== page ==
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In 1936, Lancelot Hogben published his still-popular Mathematics for the Million [1], stating his objective as follows:

   The view which we shall explore is that mathematics is the language of size, shape and order and that it is an essential part of the equipment of an intelligent citizen to understand this language. If the rules of mathematics are the rules of grammar, there is no stupidity involved when we fail to see that a mathematical truth is obvious. The rules of ordinary grammar are not obvious. They have to be learned. They are not eternal truths. They are conveniences without whose aid truths about the sorts of things in the world cannot be communicated from one person to another. 

Our objective is similar, but we now have new tools: the development of computer programming has provided languages with grammars that are simpler and more tractable than that of conventional mathematical notation. Moreover, the general availability of the computer makes possible convenient and accurate experimentation with mathematical ideas.

For example, the exclusive use of decimal notation in beginning mathematics entails the perplexing use of approximations such as 0.333333 and 0.857143 for the fractions one-third and six-sevenths, intermixed with exact values such as 0.046875 for the drill-bit-size three sixty-fourths. The present treatment also uses rational arithmetic, with exact representations such as 1r3 and 6r7 and 3r64, leading to the following computer production of an addition table for fractions:

      + table 1r1 1r2 1r3 1r4 1r5 1r6 1r7 1r8
   |   |  1  1r2   1r3   1r4   1r5   1r6   1r7   1r8|
   |  1|  2  3r2   4r3   5r4   6r5   7r6   8r7   9r8|
   |1r2|3r2    1   5r6   3r4  7r10   2r3  9r14   5r8|
   |1r3|4r3  5r6   2r3  7r12  8r15   1r2 10r21 11r24|
   |1r4|5r4  3r4  7r12   1r2  9r20  5r12 11r28   3r8|
   |1r5|6r5 7r10  8r15  9r20   2r5 11r30 12r35 13r40|
   |1r6|7r6  2r3   1r2  5r12 11r30   1r3 13r42  7r24|
   |1r7|8r7 9r14 10r21 11r28 12r35 13r42   2r7 15r56|
   |1r8|9r8  5r8 11r24   3r8 13r40  7r24 15r56   1r4|

Hogben continues with:

   The fact is that modern mathematics does not borrow much from antiquity. To be sure, every useful development in mathematics rests on the historical foundation of some earlier branch. At the same time, every new branch liquidates the usefulness of clumsier tools which preceded it.
   Although algebra, trigonometry, the use of graphs, the calculus all depend on the rules of Greek geometry, less than a dozen from the two hundred propositions of Euclid’s elements are essential to help us in understanding how to use them. The remainder are complicated ways of doing things we can do more simply when we know later branches of mathematics.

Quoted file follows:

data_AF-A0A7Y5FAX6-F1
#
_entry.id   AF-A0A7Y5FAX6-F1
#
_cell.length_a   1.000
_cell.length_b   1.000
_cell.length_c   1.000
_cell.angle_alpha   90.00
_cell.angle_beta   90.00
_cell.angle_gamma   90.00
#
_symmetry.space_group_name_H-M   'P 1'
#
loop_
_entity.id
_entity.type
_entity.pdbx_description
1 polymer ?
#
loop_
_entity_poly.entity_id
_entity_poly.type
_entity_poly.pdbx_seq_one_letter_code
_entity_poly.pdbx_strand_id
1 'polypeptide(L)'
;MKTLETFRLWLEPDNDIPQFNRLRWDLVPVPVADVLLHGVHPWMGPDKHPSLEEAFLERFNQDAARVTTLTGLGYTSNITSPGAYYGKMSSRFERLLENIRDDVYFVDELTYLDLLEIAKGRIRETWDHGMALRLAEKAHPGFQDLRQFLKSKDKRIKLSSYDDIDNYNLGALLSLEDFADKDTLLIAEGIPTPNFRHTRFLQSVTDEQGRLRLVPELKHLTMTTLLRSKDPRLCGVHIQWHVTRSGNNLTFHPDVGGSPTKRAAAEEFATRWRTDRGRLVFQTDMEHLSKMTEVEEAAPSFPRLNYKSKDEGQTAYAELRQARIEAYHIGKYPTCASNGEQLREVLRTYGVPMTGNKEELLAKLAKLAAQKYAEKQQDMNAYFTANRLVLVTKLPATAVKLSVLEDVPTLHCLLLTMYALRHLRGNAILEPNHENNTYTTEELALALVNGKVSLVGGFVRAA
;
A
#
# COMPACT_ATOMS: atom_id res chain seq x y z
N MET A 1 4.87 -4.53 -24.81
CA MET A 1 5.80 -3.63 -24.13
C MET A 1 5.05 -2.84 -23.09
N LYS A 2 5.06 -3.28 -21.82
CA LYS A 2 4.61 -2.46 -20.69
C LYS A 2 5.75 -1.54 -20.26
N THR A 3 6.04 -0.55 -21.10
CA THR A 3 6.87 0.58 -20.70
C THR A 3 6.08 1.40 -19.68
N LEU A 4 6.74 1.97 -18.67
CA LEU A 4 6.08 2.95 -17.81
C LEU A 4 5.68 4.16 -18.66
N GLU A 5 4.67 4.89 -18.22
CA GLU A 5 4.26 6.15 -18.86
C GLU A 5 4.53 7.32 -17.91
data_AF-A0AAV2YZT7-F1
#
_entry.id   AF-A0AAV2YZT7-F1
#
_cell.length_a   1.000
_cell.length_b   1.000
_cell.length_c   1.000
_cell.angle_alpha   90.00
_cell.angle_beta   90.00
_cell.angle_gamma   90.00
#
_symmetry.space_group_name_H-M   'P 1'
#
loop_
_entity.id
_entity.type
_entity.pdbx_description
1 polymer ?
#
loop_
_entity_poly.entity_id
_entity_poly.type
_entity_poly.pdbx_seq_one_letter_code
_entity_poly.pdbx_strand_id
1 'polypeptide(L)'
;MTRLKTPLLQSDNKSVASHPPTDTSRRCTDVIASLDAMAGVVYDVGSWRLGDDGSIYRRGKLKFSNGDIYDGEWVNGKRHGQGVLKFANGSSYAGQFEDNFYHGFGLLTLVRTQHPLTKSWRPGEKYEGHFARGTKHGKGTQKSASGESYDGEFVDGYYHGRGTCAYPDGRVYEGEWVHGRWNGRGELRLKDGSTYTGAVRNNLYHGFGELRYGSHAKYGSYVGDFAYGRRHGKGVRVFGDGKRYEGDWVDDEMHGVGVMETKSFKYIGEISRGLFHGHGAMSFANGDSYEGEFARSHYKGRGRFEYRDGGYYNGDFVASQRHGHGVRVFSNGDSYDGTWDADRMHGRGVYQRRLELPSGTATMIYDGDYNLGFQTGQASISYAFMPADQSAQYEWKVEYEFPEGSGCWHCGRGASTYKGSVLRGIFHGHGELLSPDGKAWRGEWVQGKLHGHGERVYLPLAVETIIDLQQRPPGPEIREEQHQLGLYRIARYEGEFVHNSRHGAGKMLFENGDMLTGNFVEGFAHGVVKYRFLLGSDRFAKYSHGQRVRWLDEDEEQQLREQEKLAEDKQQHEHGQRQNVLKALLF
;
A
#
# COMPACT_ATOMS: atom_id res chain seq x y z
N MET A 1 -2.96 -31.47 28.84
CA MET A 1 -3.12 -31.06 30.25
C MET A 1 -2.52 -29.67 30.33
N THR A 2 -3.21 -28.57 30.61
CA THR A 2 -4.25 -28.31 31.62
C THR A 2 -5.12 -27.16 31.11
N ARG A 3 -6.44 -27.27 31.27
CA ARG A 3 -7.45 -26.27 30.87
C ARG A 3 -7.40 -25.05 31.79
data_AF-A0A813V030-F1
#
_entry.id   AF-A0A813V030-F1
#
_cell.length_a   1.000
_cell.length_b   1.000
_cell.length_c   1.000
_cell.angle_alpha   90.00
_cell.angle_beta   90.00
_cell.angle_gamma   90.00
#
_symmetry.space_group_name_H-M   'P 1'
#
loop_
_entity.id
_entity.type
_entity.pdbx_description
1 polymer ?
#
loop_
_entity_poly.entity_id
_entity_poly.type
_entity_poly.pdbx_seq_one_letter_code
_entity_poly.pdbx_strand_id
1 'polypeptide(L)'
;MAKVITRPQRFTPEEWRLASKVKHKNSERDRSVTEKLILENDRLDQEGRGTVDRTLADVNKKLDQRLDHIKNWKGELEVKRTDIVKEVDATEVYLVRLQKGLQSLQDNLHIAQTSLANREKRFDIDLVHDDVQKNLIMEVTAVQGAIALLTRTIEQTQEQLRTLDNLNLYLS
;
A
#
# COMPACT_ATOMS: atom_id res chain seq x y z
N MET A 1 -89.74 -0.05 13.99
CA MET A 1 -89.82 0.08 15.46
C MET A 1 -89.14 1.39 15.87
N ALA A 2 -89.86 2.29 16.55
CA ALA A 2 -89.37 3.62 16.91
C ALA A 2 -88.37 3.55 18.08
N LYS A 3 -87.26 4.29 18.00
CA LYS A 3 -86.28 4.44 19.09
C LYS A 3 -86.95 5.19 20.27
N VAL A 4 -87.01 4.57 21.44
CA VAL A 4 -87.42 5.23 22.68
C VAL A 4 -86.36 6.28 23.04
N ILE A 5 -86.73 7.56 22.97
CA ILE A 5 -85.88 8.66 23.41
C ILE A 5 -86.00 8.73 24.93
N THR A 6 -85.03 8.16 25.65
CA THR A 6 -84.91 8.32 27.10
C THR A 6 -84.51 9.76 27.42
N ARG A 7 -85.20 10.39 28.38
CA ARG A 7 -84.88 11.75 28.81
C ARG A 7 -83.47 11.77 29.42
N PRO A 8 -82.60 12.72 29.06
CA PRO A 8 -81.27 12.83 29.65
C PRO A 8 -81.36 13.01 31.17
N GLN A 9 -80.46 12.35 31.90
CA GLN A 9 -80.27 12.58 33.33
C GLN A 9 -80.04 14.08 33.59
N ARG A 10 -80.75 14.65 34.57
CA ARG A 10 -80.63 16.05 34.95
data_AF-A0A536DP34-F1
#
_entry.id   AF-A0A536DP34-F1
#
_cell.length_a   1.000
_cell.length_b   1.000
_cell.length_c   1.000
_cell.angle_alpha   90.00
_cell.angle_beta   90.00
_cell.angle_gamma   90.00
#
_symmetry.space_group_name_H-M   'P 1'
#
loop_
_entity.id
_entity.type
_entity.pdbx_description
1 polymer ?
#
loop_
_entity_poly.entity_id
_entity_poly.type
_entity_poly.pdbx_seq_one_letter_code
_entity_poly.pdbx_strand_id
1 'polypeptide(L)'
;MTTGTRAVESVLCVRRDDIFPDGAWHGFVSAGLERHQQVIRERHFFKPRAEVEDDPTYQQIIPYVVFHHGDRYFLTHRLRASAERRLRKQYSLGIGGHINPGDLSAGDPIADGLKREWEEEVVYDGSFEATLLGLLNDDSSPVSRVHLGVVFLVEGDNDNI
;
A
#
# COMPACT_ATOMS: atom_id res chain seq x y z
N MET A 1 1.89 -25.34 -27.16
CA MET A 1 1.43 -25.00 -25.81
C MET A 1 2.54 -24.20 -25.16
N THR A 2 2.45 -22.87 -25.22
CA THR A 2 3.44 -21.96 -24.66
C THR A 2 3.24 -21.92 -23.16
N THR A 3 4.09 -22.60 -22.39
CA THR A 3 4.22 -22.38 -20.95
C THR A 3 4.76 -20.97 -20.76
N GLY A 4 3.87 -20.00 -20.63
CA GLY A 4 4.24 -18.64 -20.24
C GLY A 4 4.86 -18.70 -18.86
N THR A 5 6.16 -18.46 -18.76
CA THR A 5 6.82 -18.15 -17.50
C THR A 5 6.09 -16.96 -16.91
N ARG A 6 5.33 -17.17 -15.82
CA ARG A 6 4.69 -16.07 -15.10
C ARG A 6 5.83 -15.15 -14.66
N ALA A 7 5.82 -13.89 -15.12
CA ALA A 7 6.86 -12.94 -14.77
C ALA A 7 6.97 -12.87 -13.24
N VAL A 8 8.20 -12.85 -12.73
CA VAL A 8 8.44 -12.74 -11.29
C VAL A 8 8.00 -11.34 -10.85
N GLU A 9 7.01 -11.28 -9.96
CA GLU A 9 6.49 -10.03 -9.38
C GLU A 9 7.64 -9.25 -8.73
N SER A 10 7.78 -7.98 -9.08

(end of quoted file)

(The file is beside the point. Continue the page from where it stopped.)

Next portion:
These facts make it possible to present to the layman a simple view of calculus as the study of the rate of change of a function, and to use it to provide insight into matters such as the sine and cosine functions (so useful in trigonometry and the study of mechanical and electrical vibrations), and into the exponential and its inverse the logarithm (so useful in growth and decay processes, and in matters such as the familiar musical scale).

The presentation consists largely of examples, organized in function tables and illustrated by graphs. The more analytical aspects of proofs and the grammar of mathematical notation are deferred to Chapters 11 and 10. These chapters can, however, be profitably consulted at almost any point.

An overview is provided by the Table of Contents which (when the text is used interactively on the computer) can be "clicked on with a mouse" to jump to any desired Section. Chapters 1-3 introduce Numbers, Computer use, and Graphs and visualization. Chapters 4-8 introduce many of the important tools of applied mathematics. The topics of these chapters are commonly considered to be too difficult for the layman, but are examples of Hogben's comment about "...doing things we can do more simply when we know later branches of mathematics." In particular, the treatment is greatly simplified by the use of a programming language that makes simple the use of lists (vectors) and tables (matrices).

A supplement at the end of the book contains sections that expand on the treatments in the main text. They are not essential to the main thread of development, but should be consulted on occasion (by clicking on S1A, S1B, etc.).

Although familiarity with Hogben’s book is not essential to a study of the present text, it is highly recommended to the layman, especially the brief prologue. We conclude with the continuation of the preceding quote:

   For the mathematical technician these complications may provide a useful discipline. The person who wants to understand the place of mathematics in modern civilization is merely distracted and disheartened by them. What follows is for those who have been already disheartened and distracted, and have consequently forgotten what they may have learned already, or fail to see the meaning or usefulness of what they remember. So we shall begin at the very beginning.